The song of the summer creeps up on you, often not alerting you to its presence before it drops. Last year’s indisputable champ, Drake’s “One Dance,” hit in April and soundtracked the humidity into fall, but usually it’s the sleeper jams that end up becoming your own seasonal anthems, substituting ubiquity for personal attachment—or equating them just the same.
Each year, Jezebel predicts the songs of the summer, based on star presence, chart flow and most importantly, how we vibe with it. Sometimes we are wrong—I’m still pulling for Quentin Miller, for what it’s worth—and sometimes, belated, we are extremely right (“Trap Queen” por vida). We do not claim to be exhaustive—you won’t find songs like “Bon Appétit” or “Malibu” on this list, which will certainly make it into regular radio rotation, nor will you find songs that we truly love but didn’t have room for (Future’s “Mask Off,” Kendrick’s “HUMBLE”). We do, however, claim to be moderately psychic and in possession of excellent taste. Here are your songs of the summer.
Haim, “Right Now”
I’m almost embarrassed by how low-key excited I was for new HAIM, though most of that comes from the stress of worrying that their sound might not be sturdy enough to evolve but still intrigue. That changed after hearing the live version of “Right Now,” which isn’t the first single off their forthcoming album, but is, most importantly, the one I’m obsessed with. The one-shot video is worth your time in itself, but more importantly, the slow way the harmonies thread together, with the smart echo of the refrain (“You’re saying that you need me baby” Danielle sings, as Este follows up with “Right now right now”); the build of the drums; the eventual switch from “need” to “love”; and then, finally, the crisp, almost sudden cool-off that provides welcome release. I probably like it because it reminds me of “Dance Yrself Clean,” but above all, it’s like you’re soundtracking your own movie, and isn’t that the way summer songs are supposed to feel? —Kate Dries
Lil Uzi Vert, “XO Tour Llif3"
If you don’t know who Lil Uzi Vert is, congrats, you’re officially old!!! Kidding. But seriously, the 22-year-old Philly rapper, who’s collaborated with Migos and Future, has quietly risen through the charts recently to finally land the song “XO Tour Llif3" on the Billboard Top 10. Uzi, like his peppy peer Lil Yachty, prefers the self-descriptor “rockstar” over rapper and you can definitely hear that in this song, in which Lil Uzi Vert sings the chorus in a sort of a bored, pop-punk drawl. It’s a cool and delightfully nihilist song, perfect for an artist who transparently does not give a shit about being famous, and I’ll be surprised if a lyric like “all my friends are dead, push me to the edge” doesn’t quickly become a meme once more people get used to hearing this song everywhere. —Hazel Cills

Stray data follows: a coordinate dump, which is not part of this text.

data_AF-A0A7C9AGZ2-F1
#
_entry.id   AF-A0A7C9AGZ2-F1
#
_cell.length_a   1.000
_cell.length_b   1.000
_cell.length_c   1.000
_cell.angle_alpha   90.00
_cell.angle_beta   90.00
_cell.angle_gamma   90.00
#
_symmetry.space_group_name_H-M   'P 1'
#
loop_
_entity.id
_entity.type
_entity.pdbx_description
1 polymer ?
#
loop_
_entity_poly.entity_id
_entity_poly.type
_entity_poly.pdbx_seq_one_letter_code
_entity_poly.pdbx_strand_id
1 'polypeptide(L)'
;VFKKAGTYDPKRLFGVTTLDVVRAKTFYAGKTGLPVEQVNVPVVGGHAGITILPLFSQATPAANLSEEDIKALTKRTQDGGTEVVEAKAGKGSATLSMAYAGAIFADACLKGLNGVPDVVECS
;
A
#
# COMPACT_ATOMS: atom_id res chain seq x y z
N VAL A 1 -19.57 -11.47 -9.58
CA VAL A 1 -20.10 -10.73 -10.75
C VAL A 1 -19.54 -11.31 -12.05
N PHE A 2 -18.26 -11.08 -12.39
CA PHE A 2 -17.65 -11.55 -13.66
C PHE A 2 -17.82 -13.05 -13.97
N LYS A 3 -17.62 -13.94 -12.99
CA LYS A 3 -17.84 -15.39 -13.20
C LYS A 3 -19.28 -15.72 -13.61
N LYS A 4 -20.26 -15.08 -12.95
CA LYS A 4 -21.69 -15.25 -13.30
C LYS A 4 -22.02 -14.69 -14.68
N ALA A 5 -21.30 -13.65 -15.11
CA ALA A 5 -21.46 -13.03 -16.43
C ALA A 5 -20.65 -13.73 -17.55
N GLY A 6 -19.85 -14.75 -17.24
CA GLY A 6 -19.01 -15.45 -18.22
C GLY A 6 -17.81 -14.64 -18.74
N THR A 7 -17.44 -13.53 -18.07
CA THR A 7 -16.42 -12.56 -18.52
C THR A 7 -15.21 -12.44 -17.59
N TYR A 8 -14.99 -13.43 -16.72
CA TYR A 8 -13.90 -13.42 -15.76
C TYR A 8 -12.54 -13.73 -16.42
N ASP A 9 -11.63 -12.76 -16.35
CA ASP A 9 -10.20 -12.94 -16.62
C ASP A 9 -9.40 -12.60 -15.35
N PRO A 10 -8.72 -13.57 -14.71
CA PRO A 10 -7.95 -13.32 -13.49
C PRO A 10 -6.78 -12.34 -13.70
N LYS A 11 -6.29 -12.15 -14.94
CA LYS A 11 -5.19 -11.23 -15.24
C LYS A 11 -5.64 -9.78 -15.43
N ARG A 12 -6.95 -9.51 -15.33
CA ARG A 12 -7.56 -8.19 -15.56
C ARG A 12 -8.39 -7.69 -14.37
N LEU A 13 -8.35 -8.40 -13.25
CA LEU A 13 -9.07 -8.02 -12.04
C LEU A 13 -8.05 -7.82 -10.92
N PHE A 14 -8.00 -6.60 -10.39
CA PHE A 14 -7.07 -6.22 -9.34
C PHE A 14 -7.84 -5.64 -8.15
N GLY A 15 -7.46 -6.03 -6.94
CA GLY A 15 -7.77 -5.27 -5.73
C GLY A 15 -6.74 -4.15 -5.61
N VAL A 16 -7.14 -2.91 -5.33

Bruno Mars, “That’s What I Like”
I don’t listen to the radio that often because I require silence to do anything, really, but I do sit at a desk with my windows open to the wide range of aural distractions outside my window. In the past week or so, as the weather has gotten warmer and allergy season has begun in earnest, I have heard Bruno Mars’s delightfully infectious bop from every other open car window that’s passed me by. Opinions at Jezebel on Bruno Mars are varied, but this new album is something I will listen to three or four times in a row, only skipping “24K Magic” because I’ve heard it too many times, but letting everything else play out.
It’s not necessarily what you think of when you hear “Song of the Summer,” because it’s kind of low-key, slowed down, and dare I say, more chill. The lyrics are whatever, but the video is wonderful as is tiny, lovely Bruno Mars. Listen to it on repeat, like I do sometimes. Picture yourself at an outdoor function, two drinks in, another on the way. Yung Mars comes on, crooning hilariously juvenile inanities about champagne and Puerto Rico. Are you dancing? Have you started a light two-step while scrolling through Instagram on your phone? Is this a song you will be able to listen to at every event you go to this summer without wanting to steal the aux cord to put on anything else? The real beauty is that this works as well during the day as it does at night, but it’s probably best suited for the half hour before you leave the house while waiting for your hair to dry—a private karaoke performance for one. —Megan Reynolds
Kygo feat. Selena Gomez, “It Ain’t Me”
Every breakup track should aspire to be this bouncy and airy, every Bieber ex this untroubled. Gomez’s relaxed epiphany about her failed relationship (“Who’s gonna walk you through the dark side of the morning? It ain’t me”) is the perfect carefree anthem for a summer in which we’re all enduring a post-inauguration hangover that may never actually dissipate. It’s nice to remember, however briefly, what easy indifference feels like. —Emma Carmichael